I turned on Twitter to see that “Edexcel”, whatever that is, is some kind of maths problem that students were tweeting about.
The problem is this:
The question told pupils that Hannah had a bag containing a total of n sweets of which 6 were orange. It said the chances of Hannah picking two orange sweets one after the other was one third and then said use that to prove that n²-n-90=0.
In order to see if I still had any mathematical ability left, I tried to give the problem a go.
As it happens, the problem is easy.
The probability that the first sweet is orange is 6/n. Once that is taken out of the bag, there are n-1 sweets left, 5 of which are orange. So the probability that the second sweet is orange is 5/(n-1).
We are told that the probability that the first and the second sweet are orange is 1/3. i.e.
[6/n] * [5/(n-1)] = 1/3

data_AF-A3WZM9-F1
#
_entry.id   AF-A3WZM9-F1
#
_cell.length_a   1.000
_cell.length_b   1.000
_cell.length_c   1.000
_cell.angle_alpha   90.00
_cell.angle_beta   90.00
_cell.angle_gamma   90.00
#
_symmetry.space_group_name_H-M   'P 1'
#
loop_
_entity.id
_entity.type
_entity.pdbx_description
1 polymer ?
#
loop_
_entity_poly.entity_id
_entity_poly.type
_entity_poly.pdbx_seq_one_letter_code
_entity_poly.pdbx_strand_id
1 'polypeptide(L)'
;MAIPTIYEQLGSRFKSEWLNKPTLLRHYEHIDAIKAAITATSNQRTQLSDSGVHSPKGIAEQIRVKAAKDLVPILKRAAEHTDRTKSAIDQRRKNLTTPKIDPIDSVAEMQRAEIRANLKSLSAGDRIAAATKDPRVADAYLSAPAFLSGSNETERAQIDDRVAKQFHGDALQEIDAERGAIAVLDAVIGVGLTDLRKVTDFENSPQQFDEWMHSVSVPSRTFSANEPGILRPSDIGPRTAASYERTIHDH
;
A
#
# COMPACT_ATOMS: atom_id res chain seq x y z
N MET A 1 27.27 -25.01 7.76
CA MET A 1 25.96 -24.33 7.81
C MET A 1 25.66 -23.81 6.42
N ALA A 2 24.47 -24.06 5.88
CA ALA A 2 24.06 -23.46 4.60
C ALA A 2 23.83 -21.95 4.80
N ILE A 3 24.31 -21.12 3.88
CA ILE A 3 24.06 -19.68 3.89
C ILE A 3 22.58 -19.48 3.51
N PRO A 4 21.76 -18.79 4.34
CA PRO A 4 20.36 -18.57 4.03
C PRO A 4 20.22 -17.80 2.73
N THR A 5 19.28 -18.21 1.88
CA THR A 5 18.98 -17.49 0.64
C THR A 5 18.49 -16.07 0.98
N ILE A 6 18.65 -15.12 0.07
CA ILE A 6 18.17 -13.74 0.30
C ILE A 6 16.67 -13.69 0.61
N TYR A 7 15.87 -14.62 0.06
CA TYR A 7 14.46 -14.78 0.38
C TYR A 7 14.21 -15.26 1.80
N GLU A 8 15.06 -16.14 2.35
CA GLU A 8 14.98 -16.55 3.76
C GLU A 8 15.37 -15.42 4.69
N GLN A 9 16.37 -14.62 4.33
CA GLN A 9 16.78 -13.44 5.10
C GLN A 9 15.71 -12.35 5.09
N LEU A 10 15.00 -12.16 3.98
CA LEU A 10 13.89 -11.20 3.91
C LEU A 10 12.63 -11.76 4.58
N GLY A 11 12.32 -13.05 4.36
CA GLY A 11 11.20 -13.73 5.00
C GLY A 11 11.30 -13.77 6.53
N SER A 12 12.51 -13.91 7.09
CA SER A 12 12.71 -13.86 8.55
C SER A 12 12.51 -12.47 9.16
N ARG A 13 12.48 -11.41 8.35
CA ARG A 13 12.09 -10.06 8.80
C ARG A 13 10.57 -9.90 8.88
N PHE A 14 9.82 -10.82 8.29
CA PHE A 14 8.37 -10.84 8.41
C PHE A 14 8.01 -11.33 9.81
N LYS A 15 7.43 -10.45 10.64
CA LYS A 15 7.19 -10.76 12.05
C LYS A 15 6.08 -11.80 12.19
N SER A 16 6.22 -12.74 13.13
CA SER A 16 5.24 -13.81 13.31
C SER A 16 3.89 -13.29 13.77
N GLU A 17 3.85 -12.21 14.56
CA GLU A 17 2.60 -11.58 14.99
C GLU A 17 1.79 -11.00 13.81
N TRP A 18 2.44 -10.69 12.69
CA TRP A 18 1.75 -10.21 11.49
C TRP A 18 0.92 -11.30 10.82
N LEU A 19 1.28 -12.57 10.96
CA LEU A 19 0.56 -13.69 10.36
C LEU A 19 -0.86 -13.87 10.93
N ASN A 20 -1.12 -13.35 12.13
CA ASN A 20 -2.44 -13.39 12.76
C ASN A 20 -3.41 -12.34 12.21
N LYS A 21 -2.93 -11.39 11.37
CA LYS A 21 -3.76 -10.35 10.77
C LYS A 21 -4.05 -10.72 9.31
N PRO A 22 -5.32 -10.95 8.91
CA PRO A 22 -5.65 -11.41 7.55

Cross-multiply the two sides of the equation:
6 * 5 * 3 = n * (n-1)
which rearranges to
n^2 -n – 90 =0
What we should really be asking is why adults can’t seem to solve this problem.
Update 04-Jun-2015: So many does she have, anyway?
To work that out, we simply solve a quadratic the quadratic, which you’ll recall is:
n = [-(-1 ) + sqrt(-(-1) -4 *1 *(-90))/2
= [1 + sqrt(91)]/2 (you can ignore the negative root)
Note that there are two roots. One of them is negative, which you can ignore, because you can’t have a negative number of sweets in a bad.
Old joke: A mathematician sees two men enter a bar. Soon after, three men leaves. He says to his friend: “when another man enters the bar, it will be exactly empty”.
Edit 25-Jun-2015: Added picture